Panama officials quit after foreign minister fired

Reuters News
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Posted: Aug 31, 2011 9:34 PM
Panama officials quit after foreign minister fired

By Sean Mattson

PANAMA CITY (Reuters) - A number of senior Panamanian government officials quit their posts on Wednesday to protest President Ricardo Martinelli's decision to fire former political ally Juan Carlos Varela as foreign minister.

The resignations were led by Finance Minister Alberto Vallarino, who said on Tuesday he and other top officials from Varela's party would quit over his ouster.

Vallarino said in a statement he would stay in office until his replacement was named. Analysts said the Finance Ministry changes were unlikely to harm Panama's economic outlook or fiscal policy.

Martinelli sacked Varela after accusing him of dedicating too much time to his ambition to run for president in 2014. The rupture between the two effectively ended the political alliance that put Martinelli in power in 2009. Varela remains in the largely ceremonial post of vice president.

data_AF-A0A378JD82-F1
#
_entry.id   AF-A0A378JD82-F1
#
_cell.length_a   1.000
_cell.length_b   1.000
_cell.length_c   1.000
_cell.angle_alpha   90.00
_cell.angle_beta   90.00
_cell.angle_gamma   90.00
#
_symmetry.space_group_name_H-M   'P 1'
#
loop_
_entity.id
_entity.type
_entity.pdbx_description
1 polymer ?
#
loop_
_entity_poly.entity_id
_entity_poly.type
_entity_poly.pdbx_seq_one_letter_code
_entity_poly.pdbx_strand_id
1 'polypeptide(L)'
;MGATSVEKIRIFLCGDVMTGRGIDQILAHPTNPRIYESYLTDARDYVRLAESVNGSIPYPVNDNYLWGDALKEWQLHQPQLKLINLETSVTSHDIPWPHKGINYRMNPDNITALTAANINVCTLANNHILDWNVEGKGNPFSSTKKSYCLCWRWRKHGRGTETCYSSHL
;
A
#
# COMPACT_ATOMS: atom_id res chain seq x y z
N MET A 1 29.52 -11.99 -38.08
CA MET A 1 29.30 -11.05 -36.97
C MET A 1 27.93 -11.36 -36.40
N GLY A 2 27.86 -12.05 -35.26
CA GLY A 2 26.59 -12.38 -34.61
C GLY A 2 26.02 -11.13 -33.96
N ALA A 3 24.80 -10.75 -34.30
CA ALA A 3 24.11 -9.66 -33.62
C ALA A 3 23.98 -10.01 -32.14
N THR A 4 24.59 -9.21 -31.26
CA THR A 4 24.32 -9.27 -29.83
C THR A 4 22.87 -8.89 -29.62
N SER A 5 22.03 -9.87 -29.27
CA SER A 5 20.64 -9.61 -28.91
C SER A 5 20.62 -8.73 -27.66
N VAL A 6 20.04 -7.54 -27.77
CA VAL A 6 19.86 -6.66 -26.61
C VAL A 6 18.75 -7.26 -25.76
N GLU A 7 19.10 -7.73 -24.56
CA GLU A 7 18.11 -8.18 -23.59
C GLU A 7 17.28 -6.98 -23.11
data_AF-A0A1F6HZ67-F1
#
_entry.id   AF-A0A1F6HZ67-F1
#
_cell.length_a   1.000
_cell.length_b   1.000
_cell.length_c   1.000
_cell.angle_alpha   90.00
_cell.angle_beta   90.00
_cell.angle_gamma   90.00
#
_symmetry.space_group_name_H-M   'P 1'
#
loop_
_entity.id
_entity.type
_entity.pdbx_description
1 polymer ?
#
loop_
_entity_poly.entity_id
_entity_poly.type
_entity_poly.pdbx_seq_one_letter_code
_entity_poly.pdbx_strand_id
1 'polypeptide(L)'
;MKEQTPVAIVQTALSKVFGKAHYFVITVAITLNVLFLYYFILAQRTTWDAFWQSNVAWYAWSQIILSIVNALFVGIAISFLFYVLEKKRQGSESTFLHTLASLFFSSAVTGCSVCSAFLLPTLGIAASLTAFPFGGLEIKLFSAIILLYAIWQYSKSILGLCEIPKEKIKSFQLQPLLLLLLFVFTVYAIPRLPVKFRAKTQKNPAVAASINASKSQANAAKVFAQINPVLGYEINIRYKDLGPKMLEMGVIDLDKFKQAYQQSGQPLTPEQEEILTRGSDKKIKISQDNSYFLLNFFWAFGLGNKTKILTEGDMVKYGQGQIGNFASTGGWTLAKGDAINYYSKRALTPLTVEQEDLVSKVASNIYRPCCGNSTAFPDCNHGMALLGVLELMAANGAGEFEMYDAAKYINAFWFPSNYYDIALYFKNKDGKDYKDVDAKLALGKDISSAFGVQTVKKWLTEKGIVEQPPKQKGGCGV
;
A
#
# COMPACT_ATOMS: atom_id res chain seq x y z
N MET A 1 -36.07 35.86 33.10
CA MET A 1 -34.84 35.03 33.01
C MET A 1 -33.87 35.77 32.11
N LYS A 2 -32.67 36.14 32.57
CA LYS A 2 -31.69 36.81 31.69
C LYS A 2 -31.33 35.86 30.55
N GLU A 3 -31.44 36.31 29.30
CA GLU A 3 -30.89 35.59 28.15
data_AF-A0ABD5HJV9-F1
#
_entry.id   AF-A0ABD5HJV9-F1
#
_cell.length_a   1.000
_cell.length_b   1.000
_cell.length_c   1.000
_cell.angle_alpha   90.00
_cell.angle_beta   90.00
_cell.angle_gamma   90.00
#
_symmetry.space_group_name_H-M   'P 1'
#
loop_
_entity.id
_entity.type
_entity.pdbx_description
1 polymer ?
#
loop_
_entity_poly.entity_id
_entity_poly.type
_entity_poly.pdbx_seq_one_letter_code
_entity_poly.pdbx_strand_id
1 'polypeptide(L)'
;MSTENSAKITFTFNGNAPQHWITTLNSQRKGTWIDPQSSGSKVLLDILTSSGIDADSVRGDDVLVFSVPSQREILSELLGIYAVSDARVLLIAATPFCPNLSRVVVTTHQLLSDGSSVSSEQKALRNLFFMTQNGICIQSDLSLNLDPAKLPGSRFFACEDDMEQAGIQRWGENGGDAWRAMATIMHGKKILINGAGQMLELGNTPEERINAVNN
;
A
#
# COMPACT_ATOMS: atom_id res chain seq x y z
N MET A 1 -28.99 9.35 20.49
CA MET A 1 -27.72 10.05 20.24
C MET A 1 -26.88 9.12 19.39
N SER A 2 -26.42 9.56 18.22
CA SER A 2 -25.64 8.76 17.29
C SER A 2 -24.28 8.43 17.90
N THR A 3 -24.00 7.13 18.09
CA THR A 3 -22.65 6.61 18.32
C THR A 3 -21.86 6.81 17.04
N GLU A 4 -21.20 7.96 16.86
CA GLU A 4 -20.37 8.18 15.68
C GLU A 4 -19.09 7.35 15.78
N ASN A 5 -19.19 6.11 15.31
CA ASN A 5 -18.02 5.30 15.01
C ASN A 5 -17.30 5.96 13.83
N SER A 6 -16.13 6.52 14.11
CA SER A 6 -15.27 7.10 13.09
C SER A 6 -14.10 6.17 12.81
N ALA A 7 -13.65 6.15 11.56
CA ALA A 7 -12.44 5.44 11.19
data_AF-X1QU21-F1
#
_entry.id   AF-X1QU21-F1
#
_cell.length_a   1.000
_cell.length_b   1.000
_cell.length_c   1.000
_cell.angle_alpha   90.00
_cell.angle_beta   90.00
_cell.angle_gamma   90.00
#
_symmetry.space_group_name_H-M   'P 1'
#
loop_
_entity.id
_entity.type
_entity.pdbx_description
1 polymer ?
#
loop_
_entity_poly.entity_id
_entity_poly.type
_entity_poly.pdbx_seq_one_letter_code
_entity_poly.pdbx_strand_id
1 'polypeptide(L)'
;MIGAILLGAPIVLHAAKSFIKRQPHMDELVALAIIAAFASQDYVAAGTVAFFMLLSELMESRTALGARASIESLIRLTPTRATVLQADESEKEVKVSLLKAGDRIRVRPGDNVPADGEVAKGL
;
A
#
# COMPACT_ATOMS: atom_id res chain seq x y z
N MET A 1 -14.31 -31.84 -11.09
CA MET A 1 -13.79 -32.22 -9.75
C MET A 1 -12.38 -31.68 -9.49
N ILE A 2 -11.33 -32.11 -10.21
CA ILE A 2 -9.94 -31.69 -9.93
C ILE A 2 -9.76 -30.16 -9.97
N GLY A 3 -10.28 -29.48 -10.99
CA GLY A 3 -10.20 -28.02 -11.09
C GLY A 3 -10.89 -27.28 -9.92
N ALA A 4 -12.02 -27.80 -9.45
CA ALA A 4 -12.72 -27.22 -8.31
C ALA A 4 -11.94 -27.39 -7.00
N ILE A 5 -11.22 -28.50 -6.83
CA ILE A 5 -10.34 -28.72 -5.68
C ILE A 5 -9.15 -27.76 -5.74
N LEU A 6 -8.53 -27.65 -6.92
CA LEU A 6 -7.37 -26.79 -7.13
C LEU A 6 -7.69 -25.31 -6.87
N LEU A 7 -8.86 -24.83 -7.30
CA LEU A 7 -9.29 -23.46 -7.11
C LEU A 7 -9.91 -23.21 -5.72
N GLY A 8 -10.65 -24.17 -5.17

Deputy ministers from the Interior, Labor and Finance Ministries were among the officials who resigned, some of them replaced with Martinelli loyalists in the president's biggest Cabinet reshuffle so far.

The departures do not mean the end of Martinelli's government because the president does not need the support of Varela's Panamenista Party, or PP, to get legislation passed.

Heather Berkman, an analyst at Eurasia Group, said Varela's departure from the Cabinet increased the risk that Martinelli would become more brash in his decision-making.

"Varela was sort of a moderating influence and someone that international investors and companies felt comfortable operating with," she said.

The president won a landslide victory in 2009 with the backing of Varela, who withdrew his candidacy in exchange for Martinelli's support in 2014. That deal has fallen through.

Martinelli's office swore in new senior officials, including Roberto Henriquez, who formerly held the trade portfolio, as foreign minister.

(Editing by Peter Cooney)